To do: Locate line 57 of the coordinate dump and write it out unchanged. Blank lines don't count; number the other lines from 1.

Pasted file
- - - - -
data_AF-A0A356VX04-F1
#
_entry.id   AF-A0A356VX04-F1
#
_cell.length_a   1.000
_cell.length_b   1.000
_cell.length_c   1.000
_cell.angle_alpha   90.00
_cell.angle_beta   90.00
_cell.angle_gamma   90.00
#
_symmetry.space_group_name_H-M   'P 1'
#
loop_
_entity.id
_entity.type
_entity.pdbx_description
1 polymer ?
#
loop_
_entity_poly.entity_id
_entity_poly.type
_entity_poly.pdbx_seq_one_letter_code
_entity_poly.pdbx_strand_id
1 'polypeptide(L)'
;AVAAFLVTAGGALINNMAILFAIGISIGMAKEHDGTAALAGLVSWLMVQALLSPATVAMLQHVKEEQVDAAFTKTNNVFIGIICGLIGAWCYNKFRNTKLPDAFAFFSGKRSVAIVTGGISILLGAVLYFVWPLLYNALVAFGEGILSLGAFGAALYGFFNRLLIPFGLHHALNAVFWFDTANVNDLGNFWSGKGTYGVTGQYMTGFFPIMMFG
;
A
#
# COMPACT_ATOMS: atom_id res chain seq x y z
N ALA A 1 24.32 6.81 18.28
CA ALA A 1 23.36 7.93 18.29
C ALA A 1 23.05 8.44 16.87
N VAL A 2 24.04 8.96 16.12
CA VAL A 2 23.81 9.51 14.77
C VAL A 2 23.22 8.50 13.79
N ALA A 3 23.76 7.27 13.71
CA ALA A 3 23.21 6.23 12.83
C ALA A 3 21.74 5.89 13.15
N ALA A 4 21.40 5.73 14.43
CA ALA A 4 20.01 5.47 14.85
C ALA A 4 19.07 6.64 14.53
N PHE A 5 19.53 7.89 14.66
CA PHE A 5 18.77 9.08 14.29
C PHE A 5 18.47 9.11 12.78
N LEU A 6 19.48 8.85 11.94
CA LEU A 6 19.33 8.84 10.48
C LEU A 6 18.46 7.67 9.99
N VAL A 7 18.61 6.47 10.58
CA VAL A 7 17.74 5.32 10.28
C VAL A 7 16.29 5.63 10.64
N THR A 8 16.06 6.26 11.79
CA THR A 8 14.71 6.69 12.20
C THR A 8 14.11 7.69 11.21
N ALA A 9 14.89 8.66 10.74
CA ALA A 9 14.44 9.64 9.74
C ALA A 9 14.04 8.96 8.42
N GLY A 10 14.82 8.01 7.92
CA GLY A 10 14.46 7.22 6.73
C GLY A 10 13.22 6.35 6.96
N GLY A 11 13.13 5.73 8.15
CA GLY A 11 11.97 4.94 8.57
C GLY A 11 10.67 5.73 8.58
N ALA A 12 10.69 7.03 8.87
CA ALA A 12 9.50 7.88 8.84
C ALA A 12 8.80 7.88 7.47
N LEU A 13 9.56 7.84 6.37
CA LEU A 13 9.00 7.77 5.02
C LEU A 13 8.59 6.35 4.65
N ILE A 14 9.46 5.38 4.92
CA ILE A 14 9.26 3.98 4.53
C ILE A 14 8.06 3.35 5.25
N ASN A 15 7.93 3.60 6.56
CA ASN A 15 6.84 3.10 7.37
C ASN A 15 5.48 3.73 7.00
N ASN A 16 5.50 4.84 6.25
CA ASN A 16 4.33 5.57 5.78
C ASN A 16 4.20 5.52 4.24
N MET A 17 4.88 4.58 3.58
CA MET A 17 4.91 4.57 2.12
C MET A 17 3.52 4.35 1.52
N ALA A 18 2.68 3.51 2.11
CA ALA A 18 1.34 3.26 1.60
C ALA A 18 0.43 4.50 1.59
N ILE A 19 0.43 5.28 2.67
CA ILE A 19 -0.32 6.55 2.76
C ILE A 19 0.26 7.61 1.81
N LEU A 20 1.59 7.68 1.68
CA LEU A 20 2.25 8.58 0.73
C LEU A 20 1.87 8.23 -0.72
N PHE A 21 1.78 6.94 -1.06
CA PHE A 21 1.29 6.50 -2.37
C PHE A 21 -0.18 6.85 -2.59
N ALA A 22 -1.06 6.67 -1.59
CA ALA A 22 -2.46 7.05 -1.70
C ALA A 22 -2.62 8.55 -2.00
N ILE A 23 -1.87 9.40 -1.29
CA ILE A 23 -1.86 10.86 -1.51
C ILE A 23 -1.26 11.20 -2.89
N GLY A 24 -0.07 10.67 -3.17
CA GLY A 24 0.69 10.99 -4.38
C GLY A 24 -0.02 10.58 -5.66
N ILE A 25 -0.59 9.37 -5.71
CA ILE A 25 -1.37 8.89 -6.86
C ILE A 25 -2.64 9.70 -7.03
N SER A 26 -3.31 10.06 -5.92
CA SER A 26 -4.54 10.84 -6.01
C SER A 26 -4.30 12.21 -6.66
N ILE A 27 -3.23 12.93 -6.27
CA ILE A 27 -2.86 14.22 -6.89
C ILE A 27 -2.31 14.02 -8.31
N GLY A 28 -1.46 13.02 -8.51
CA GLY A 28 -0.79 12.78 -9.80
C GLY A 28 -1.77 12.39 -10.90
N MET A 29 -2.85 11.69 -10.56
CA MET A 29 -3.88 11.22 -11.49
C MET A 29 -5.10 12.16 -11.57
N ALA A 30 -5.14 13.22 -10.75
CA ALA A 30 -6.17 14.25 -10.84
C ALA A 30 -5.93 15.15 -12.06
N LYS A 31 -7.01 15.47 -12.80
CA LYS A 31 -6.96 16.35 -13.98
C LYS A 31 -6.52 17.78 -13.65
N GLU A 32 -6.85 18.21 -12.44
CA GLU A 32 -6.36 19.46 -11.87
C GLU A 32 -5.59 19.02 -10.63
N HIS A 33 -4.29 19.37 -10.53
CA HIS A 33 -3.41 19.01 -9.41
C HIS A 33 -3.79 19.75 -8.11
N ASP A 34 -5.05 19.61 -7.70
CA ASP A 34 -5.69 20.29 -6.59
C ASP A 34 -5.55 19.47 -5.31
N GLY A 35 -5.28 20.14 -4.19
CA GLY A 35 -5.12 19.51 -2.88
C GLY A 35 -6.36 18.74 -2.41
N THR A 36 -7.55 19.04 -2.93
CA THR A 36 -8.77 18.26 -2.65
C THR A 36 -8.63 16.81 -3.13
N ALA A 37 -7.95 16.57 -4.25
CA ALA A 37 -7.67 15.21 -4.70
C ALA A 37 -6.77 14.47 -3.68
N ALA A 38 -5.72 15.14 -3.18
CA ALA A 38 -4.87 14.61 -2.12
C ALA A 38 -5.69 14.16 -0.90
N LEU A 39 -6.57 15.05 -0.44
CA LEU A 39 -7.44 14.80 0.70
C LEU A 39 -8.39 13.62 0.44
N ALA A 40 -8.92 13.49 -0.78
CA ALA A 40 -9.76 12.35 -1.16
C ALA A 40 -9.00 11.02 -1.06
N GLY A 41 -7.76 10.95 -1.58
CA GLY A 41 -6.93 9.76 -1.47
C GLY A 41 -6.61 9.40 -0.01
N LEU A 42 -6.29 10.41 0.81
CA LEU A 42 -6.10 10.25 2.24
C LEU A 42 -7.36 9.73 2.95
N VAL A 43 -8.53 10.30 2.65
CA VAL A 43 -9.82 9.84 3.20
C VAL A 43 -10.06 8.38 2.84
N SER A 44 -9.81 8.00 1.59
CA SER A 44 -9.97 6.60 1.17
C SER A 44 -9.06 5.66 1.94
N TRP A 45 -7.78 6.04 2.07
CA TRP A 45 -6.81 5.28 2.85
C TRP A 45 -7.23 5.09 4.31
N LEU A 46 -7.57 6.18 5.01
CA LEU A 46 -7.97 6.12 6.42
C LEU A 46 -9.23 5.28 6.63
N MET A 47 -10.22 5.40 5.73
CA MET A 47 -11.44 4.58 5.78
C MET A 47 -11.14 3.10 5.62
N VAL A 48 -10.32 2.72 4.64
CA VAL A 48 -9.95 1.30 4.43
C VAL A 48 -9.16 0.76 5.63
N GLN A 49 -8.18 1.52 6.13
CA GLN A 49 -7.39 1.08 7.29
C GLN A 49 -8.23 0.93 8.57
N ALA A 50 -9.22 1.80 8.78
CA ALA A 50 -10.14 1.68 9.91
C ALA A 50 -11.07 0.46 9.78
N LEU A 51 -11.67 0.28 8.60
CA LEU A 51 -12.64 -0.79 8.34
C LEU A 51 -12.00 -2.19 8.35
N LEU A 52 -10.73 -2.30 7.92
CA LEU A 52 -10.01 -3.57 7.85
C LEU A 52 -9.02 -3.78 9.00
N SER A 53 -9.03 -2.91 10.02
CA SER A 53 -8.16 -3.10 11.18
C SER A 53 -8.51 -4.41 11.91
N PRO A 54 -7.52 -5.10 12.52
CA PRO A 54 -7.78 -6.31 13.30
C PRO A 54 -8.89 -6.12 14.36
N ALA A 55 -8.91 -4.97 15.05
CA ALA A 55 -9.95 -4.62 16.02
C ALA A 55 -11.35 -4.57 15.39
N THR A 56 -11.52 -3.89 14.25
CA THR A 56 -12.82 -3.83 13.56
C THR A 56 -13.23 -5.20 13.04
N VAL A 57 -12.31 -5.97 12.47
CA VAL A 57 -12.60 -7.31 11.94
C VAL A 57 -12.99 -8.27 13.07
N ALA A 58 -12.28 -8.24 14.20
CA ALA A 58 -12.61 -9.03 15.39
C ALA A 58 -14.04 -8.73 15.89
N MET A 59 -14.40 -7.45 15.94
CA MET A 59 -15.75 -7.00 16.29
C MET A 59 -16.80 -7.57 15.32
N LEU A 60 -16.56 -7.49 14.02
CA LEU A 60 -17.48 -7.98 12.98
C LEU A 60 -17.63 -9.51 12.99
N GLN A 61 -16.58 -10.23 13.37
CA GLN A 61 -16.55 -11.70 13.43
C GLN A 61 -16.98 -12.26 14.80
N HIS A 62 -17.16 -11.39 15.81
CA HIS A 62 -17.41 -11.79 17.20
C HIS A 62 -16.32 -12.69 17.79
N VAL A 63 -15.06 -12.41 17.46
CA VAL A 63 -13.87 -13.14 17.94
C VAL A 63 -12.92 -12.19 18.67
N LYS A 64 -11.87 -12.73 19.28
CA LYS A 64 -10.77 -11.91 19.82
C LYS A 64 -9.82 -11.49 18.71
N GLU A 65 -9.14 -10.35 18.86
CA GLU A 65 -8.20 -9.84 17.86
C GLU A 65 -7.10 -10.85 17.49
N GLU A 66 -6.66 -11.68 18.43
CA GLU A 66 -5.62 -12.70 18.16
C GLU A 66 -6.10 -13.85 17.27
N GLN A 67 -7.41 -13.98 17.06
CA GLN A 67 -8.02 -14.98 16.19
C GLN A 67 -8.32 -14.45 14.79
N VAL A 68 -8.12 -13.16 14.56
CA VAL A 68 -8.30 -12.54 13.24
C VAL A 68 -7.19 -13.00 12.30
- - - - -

C ALA A 9 14.04 8.96 8.42